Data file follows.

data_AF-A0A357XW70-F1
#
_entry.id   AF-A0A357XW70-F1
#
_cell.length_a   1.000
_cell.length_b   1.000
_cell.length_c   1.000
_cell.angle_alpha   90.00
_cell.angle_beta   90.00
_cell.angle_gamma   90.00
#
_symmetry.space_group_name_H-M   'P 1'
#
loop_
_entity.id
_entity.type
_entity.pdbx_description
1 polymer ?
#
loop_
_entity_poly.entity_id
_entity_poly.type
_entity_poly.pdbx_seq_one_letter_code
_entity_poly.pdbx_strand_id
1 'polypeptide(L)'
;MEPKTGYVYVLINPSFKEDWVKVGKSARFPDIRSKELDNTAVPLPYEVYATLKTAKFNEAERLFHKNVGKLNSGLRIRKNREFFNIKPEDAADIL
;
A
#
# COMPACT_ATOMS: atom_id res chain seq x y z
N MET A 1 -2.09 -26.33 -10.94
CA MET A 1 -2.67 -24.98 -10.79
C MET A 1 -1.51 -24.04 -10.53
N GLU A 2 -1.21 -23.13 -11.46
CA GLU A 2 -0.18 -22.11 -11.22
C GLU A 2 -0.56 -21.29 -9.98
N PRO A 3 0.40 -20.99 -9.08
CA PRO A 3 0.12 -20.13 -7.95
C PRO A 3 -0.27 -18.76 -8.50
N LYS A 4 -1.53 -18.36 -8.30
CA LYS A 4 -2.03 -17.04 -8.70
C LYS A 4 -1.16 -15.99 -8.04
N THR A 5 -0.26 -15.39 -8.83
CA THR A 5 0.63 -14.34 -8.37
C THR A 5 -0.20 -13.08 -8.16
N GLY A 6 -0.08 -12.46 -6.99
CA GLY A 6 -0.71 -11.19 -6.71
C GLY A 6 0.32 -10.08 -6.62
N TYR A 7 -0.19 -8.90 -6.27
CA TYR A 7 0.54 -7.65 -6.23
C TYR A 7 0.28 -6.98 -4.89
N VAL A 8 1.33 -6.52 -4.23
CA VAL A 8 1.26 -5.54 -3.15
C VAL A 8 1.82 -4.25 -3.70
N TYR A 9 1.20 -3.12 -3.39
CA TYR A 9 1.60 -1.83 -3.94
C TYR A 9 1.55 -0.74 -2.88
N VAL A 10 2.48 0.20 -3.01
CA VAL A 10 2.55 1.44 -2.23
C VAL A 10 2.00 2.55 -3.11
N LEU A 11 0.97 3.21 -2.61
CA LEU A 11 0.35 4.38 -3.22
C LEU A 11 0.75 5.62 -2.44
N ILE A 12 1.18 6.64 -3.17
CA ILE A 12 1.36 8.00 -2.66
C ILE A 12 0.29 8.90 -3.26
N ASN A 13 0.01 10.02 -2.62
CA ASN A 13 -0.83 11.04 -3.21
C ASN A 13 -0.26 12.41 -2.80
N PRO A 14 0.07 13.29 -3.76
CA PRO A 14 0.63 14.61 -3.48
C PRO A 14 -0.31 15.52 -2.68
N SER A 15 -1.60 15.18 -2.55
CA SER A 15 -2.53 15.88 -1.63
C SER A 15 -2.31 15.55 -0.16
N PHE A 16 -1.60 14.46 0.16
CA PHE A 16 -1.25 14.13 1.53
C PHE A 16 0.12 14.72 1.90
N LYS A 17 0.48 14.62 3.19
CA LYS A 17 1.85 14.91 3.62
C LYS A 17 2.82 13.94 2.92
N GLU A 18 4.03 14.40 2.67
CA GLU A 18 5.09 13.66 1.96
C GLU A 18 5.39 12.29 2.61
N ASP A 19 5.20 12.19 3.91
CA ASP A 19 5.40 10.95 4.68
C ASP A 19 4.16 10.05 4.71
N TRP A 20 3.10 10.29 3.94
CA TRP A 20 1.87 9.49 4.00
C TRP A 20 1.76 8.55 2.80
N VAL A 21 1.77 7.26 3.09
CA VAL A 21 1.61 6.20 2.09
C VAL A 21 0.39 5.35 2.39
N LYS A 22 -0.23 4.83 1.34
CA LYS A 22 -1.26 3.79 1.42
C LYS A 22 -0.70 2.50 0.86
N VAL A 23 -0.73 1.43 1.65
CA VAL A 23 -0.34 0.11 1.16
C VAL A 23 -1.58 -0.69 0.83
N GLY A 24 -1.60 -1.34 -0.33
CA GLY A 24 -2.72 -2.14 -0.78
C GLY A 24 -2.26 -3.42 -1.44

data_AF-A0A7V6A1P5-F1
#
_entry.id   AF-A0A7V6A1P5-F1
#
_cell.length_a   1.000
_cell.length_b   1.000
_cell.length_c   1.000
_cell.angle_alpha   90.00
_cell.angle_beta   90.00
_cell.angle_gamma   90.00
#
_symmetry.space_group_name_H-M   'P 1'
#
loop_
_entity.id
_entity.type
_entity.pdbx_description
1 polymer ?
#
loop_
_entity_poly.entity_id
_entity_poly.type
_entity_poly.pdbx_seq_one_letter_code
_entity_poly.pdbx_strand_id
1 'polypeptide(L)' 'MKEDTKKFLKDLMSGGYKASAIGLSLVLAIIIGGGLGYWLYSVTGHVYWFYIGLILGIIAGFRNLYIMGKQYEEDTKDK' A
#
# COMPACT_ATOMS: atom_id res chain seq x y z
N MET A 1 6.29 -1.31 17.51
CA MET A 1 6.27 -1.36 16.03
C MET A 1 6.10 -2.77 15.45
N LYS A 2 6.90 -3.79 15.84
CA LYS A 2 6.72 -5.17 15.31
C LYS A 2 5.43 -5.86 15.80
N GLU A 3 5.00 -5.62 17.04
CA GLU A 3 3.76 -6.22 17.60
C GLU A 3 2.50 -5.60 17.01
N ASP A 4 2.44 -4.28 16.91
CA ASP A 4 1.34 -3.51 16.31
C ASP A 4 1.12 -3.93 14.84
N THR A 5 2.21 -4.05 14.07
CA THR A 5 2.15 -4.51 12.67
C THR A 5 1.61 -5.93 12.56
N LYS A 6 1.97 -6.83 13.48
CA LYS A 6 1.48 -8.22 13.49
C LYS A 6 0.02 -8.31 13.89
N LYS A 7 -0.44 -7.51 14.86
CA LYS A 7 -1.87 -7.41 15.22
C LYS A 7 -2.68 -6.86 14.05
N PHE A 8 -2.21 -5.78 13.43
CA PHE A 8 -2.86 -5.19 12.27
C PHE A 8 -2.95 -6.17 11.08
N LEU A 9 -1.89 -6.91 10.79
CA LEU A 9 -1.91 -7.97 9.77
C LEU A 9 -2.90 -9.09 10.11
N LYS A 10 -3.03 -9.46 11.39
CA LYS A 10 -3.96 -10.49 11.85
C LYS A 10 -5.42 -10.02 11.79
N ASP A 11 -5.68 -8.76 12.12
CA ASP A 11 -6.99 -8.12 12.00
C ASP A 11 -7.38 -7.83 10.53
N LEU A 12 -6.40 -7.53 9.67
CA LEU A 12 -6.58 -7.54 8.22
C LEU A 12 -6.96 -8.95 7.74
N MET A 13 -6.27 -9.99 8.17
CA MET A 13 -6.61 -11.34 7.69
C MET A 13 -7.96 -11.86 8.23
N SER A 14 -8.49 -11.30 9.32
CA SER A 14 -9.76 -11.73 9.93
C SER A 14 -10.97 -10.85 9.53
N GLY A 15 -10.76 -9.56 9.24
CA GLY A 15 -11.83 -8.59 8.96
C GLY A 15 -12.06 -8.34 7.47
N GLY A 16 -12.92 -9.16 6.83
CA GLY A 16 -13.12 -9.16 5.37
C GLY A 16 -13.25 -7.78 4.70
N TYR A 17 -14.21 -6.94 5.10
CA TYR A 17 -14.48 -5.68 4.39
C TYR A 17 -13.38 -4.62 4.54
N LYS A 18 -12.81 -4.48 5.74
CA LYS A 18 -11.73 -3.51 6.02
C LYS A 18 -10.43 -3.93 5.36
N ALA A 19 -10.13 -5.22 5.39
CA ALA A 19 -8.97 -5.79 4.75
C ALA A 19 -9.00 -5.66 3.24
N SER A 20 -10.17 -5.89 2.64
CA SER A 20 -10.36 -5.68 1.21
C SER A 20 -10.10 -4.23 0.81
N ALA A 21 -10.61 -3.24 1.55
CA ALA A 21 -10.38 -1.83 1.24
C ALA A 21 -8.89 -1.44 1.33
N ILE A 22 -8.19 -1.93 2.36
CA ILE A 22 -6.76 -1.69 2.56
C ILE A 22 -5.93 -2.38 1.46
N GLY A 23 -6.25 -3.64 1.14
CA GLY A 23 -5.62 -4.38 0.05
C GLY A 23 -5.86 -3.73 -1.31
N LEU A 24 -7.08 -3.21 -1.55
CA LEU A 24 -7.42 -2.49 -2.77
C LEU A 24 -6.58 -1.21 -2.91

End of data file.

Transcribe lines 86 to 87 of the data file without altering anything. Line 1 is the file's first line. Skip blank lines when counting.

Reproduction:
CA ASP A 19 5.40 10.95 4.68
C ASP A 19 4.16 10.05 4.71